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Being a Roommate is a Job, and You Can Get Fired From It

There is a fantastic and (in certain circles) famous chapter written by anthropologist Igor Kopytoff on the commoditization of things. It is fortunately available through the University of Pennsylvania here. He covers many interesting ideas, but two are particularly relevant to the topic of living with roommates.

I believe roommates coexist based upon the exchange of commodities and “gifts”. Kopytoff's lengthy definitions are both introduced as follows:

“What, then, makes a thing a commodity? A commodity is a thing that has use value and can be exchanged in a discrete transaction for a counterpart, the very fact of exchange indicating that the counterpart has, in the immediate context, an equivalent value.... I refer to the transaction involving commodities as discrete in order to stress that the primary and immediate purpose of the transaction is to obtain the counterpart value.... While exchanges of things usually involve commodities, a notable exception is the exchanges that mark relations of reciprocity, as these have been classically defined in anthropology. Here, gifts are given in order to evoke an obligation to give back a gift, which in turn will evoke a similar obligation - a never-ending chain of gifts and obligations.” (Kopytoff, pp. 68-9; Cambridge, 1986)

How does this apply? Roommates coexist within a specific sphere which involves the exchange of both commodities and gifts. I use both terms because there are instances of discrete exchanges as well as a “never-ending chain of gifts and obligations”. Discrete exchanges could range from, say, picking up an item or two from a store on the expectation of money being returned to the assistance in some particular skilled task, e.g. the installation of a shelf or changing a part on a car. If in any of these instances there is no explicit agreement (“Here's some money for x from the store”), the status quo is slowly eroded away by the lack of any counterpart being returned - hence the numerous warnings regarding mixing business and friendship or lending money to friends, etc. Especially if the burden, monetarily or otherwise, is significant, the failure to return a fair counterpart in a commodity exchange can create significant strife.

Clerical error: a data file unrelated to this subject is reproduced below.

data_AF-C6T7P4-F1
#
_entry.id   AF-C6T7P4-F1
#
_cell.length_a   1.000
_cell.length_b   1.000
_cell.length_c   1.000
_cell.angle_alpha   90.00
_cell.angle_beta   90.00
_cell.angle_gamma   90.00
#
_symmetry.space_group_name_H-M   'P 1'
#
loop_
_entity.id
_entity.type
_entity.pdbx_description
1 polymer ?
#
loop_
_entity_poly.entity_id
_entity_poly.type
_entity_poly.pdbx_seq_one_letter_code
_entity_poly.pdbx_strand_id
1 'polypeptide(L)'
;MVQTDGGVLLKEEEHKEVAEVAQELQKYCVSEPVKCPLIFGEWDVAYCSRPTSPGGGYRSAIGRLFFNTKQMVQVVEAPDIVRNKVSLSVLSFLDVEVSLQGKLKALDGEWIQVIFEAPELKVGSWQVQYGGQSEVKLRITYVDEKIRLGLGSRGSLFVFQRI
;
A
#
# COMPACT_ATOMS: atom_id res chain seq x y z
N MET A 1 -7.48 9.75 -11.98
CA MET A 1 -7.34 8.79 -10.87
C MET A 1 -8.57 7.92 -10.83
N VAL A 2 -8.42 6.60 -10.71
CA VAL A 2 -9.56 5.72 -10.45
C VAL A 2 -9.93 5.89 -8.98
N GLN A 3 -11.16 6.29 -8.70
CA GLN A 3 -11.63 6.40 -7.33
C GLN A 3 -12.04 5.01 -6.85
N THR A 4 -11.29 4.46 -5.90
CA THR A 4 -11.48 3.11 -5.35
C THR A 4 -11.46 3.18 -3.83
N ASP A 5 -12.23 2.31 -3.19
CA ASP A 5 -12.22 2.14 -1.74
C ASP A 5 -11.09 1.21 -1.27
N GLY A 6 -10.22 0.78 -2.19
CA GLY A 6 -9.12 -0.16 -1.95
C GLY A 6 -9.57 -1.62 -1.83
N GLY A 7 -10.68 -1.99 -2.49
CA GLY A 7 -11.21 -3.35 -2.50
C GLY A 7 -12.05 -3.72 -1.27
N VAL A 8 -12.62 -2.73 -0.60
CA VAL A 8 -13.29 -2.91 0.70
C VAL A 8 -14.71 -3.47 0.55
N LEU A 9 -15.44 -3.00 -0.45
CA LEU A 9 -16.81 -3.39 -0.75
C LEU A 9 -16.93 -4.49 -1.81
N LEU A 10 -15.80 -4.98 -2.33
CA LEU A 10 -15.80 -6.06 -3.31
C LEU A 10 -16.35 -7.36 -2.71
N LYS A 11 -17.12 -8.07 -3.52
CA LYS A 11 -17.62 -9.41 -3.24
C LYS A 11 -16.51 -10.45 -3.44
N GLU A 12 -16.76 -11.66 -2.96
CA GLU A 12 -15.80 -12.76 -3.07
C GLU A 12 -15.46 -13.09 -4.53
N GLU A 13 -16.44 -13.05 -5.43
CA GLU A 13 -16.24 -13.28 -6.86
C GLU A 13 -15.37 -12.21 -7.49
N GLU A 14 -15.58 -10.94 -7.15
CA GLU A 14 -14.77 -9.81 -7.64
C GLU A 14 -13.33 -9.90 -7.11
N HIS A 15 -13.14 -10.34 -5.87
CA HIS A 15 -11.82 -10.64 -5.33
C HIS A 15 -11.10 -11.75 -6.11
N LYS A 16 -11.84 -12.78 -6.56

While discrete transactions certainly occur in any given household, I feel like Kopytoff's assertions about gift-giving are more directly relevant to the environment created in a roommate situation.